Ken Lambert bought the property at 25 Upton Green in the suburb of Speke, Liverpool last November for around £171,000. According to the listing, Harrison lived at the three-bedroom house between 1949 and 1962.
The house was also used as a practice space for The Beatles, then known as The Quarrymen.
But now the property has become “a living museum by letting people stay overnight” with the new landlord confirming that a weekly tour group also stops by and spends about half an hour in the home drinking tea and playing music.
“I’m not a wealthy individual. It’s not like I go around buying up properties. I’m a Beatles fan, yes, but I am a big George Harrison fan specifically,” Lambert told the New York Post.
“I think it was a shame that George’s house had no relevance to millions of Beatles fans, but they’re waiting in line to walk into John Lennon’s house. George is my favourite Beatle. I want to respect his legacy,” he added.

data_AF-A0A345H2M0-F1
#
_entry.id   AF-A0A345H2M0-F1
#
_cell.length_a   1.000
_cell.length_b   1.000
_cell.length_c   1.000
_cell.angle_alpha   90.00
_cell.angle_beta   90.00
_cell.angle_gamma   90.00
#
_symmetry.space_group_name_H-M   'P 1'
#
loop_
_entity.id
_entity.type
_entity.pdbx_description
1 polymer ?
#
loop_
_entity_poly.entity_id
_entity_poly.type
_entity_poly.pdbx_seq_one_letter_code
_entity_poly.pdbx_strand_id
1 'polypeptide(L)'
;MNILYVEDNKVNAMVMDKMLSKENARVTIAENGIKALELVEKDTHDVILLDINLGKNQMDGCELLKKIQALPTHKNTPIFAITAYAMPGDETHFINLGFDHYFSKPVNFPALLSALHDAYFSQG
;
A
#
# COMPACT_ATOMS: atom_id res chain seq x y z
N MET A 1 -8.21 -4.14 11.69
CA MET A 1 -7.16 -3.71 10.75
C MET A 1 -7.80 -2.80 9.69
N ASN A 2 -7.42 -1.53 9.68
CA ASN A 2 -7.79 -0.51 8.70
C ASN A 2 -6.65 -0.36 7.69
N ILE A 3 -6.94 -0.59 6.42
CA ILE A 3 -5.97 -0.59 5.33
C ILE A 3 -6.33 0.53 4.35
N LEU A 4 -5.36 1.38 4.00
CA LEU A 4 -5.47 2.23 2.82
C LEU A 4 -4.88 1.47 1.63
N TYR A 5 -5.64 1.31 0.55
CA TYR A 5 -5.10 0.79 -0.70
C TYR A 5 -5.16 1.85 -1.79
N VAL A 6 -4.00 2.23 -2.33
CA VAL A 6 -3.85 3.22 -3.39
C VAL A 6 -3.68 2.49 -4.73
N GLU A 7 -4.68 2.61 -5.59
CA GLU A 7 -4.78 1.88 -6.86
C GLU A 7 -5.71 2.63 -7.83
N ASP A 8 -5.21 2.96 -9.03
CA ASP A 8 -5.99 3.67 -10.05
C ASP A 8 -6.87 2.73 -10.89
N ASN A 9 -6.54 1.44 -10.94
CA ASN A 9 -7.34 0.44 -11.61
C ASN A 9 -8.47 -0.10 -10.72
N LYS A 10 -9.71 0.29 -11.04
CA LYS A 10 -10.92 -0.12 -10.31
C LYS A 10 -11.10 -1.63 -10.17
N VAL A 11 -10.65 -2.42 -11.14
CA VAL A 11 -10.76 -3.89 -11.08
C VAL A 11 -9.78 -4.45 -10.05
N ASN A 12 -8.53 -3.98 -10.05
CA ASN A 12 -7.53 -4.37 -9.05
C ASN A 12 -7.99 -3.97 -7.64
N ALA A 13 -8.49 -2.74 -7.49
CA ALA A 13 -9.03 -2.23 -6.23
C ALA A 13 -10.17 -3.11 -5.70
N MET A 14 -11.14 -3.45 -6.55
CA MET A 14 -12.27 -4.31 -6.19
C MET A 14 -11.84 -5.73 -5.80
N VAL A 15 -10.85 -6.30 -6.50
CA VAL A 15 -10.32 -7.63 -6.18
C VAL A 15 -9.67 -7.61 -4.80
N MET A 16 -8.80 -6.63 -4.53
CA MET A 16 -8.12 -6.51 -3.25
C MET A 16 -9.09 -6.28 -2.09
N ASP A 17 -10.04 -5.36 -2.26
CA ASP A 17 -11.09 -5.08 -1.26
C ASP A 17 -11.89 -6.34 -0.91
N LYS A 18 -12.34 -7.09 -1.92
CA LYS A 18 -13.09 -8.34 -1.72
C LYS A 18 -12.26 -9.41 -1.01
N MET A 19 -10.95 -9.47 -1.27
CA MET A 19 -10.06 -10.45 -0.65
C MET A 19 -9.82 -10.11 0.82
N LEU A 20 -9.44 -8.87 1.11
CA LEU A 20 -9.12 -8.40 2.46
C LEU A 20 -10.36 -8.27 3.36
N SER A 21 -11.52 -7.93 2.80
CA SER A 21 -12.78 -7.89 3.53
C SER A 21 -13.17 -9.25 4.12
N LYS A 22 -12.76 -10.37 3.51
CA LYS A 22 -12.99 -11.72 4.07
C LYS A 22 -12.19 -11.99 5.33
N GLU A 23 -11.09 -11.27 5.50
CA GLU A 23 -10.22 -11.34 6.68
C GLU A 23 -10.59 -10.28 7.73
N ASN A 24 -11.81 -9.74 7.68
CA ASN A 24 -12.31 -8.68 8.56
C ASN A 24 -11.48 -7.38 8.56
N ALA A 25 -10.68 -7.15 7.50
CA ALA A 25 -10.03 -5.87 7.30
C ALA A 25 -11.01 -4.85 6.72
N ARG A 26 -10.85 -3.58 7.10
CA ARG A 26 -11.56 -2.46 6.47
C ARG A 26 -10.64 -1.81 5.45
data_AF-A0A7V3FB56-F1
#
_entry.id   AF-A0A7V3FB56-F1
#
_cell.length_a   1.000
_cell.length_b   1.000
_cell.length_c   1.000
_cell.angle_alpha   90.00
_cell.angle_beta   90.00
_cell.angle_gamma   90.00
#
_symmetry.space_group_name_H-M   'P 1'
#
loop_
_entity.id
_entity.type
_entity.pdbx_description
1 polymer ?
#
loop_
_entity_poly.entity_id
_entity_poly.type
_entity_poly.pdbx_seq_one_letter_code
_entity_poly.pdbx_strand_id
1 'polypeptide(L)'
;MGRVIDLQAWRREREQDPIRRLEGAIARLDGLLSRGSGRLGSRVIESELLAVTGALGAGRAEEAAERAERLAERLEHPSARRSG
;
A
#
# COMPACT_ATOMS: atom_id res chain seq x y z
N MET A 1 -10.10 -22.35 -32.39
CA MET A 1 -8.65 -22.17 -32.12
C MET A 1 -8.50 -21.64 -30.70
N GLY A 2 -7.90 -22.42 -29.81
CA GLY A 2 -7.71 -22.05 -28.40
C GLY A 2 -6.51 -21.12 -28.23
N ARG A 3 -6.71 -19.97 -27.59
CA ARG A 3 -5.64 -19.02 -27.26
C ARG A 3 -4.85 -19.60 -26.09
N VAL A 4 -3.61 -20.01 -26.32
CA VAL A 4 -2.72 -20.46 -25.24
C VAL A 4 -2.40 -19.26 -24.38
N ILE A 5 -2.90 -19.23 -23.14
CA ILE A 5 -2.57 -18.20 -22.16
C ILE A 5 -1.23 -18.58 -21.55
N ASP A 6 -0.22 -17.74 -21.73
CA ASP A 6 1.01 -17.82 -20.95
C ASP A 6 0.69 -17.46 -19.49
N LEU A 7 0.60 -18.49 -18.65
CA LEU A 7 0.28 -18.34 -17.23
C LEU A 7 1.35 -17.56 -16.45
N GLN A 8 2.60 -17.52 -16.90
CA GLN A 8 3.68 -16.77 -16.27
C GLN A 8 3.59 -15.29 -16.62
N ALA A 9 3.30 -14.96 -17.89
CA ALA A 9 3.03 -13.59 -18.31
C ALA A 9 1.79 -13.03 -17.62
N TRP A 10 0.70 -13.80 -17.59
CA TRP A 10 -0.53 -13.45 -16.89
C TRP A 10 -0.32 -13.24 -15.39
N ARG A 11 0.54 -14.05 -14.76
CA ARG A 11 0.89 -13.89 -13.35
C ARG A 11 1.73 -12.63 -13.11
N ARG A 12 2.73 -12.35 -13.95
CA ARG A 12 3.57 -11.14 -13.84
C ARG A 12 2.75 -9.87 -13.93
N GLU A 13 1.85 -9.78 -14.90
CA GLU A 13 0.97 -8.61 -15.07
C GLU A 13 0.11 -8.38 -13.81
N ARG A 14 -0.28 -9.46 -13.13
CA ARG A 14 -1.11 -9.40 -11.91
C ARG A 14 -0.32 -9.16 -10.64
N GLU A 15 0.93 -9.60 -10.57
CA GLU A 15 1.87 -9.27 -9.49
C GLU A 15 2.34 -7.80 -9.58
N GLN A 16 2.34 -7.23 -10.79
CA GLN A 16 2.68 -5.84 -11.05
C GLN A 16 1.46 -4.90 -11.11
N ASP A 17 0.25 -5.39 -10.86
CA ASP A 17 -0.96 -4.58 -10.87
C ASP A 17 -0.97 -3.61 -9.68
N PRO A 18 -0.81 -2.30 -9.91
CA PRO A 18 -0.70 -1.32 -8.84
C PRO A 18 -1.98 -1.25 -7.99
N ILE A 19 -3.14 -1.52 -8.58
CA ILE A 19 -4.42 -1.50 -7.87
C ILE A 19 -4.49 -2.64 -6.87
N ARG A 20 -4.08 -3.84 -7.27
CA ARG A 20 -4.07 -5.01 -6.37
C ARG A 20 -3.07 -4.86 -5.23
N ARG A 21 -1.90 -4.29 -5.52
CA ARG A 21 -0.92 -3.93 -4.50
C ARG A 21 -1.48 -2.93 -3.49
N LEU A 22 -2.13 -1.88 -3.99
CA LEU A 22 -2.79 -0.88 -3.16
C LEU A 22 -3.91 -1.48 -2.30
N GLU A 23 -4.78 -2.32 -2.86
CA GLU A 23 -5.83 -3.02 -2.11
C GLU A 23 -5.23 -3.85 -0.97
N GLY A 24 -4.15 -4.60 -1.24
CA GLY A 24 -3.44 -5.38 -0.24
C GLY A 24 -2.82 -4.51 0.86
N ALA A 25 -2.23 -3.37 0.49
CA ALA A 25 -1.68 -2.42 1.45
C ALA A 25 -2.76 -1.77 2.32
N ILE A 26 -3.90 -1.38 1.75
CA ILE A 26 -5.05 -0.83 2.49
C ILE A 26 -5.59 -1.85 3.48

According to the AirBnB listing, guests can “walk and stay in George’s bedroom, where he first heard himself and the band on the radio (and) strum a guitar in the same room that George, Paul, and John sat and rehearsed during the early years.” Elsewhere the bathtub “features original taps from when George lived in the house.”
The property sleeps 5 guests, and a stay will set you back around £200 a night (though there is a two-night minimum).
In other news, Paul McCartney is opening up his childhood home for unsigned artists to use as a base to write, perform and gain inspiration from.
The Forthlin Sessions initiative, backed by the former Beatle‘s brother Mike, will see artists chosen by Mike and local partners to write music at the same place where Paul and John Lennon forged their distinguished songwriting partnership.